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I am desperately looking for a solution to create a nice binary tree diagram. It is crucial that incomplete nodes have distinguishable edges (if any).

I failed to produce the desired result with .dot, because I know of no way to order nodes. I don't mind, importing a file to yEd or another editor. However, I want to be able to generate data very easily with little syntax.

What I am aiming at is a tool which generates e.g. a .graphml format from minimalistic data, such as (A (B1 C1 C2) B2), where A is the root label, B1 the root's left child with another two children. A similar complexity as .dot or .tgf would be of course tolerable, but I want to avoid writing a compiler myself for generating the .graphml.

Any ideas appreciated.

Markus R.

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What do you mean by This works in .dot only if empty nodes are used ? –  marapet May 5 '12 at 19:27
That is, I have to use invisible virtual nodes(leafs) to direct an edge. –  Markus Rother May 7 '12 at 9:08
In visualizing the graph, why are virtual nodes to be avoided? –  parselmouth May 11 '12 at 18:50
I discovered, that using dot, even virtual nodes do not guarantee absence of vertical edges. If virtual nodes with graphml did the job, I would be happy. (Yet to find out). –  Markus Rother May 12 '12 at 19:35

1 Answer 1

The data that you supplied is more-or-less an s-expression. Given that this is the format that you want to ingest, pyparsing (a Python module) has an s-expression parser.

You'll also need a graph library. I use networkx for most of my work. With the pyparsing s-expression parser and networkx, the following code ingests the data and creates a tree as a digraph:

import networkx as nx

def build(g, X):
    if isinstance(X, list):
        parent = X[0]
        for branch in X[1:]:
            child = build(g, branch)
            g.add_edge(parent, child)

        return parent

    if isinstance(X, basestring):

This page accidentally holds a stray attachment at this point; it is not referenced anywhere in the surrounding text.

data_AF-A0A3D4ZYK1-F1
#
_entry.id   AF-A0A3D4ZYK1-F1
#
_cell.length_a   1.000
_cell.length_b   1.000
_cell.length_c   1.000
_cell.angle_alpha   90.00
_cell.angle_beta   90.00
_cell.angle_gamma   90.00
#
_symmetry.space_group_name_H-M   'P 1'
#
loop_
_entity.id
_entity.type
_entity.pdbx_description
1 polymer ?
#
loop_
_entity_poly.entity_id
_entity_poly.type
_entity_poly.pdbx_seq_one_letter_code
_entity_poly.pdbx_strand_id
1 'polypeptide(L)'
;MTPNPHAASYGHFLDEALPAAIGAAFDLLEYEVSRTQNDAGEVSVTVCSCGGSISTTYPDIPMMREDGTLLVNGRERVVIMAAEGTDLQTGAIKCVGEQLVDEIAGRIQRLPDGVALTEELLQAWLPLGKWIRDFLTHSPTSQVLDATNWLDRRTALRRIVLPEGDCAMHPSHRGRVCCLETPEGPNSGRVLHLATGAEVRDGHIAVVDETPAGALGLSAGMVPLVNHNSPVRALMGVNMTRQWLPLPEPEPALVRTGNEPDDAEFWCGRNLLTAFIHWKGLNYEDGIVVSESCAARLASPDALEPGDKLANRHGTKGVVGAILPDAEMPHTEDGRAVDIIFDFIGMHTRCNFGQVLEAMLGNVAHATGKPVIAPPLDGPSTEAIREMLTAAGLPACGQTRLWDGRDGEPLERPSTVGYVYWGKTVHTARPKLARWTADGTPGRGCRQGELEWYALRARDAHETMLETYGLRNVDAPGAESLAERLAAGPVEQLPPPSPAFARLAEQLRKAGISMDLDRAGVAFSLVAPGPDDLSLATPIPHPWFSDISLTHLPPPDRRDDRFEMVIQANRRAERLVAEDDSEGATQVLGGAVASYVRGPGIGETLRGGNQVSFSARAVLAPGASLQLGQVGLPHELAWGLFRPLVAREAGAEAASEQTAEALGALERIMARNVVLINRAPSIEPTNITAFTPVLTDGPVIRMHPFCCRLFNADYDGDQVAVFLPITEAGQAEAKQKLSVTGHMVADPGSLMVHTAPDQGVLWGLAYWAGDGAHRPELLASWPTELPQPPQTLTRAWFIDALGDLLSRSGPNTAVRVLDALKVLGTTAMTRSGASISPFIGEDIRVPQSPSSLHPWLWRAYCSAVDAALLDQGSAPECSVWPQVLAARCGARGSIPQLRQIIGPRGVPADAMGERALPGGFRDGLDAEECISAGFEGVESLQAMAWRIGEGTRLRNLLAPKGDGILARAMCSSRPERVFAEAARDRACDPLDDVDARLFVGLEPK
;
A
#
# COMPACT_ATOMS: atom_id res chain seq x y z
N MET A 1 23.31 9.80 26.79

return X

#-- The sexp parser is constructed by the code example at...
#-- http://http://pyparsing.wikispaces.com/file/view/sexpParser.py
sexpr = sexp.parseString("(A (B1 C1 C2) B2)", parseAll = True)

#-- Get the parsing results as a list of component lists.
nested = sexpr.asList( )

#-- Construct an empty digraph.
dig = nx.DiGraph( )

#-- build the tree
for component in nested:
    build(dig, component)

#-- Write out the tree as a graphml file.
nx.write_graphml(dig, 'tree.graphml', prettyprint = True)

To test this, I also wrote the tree as a .dot file and used graphviz to create the following image:

(graphviz output of tree)

networkx is a good graph library and you can write additional code that walks over your tree to tag edges or nodes with additional metadata, if needed.

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Thanks. I was not aware of the networkx library. However, the result is not exactly what I need. In your example, if you remove, let's say C2, then in the generated new image, you will have a vertical line from B1 to C1, and hence no longer any indication that C1 is a right child (and B1 has no left child). What I need is an image, which maintains that structure. Regardless, the parser is very useful. –  Markus Rother May 10 '12 at 14:08
@MarkusRother if "(A (B1 C1 C2) B2)" describes the present tree, can you supply a similar nested structure for the case where C2 is removed? If the new nested structure were represented as "(A (B1 C1) B2)" -- how do we distinguish that C1 is the right child of B1 rather than the left child? –  parselmouth May 10 '12 at 16:26
@MarkusRother from reading your previous comment the word "vertical" stood out, and in conjunction with your comment to your question " invisible virtual nodes(leafs) to direct an edge", is the essence of your question one of generating GraphML from a nested structure, or is it the layout and visualization of (possibly) incomplete trees? –  parselmouth May 10 '12 at 16:30
I guess the latter - visualization. Sorry, if I did not point that out sufficiently clearly. To my understanding, a visualization of a binary(!) tree must always be obvious. There are only left or right edges in a binary tree, and any visualization of a binary tree with vertical edges is flawed, because it lacks that information. –  Markus Rother May 11 '12 at 8:13

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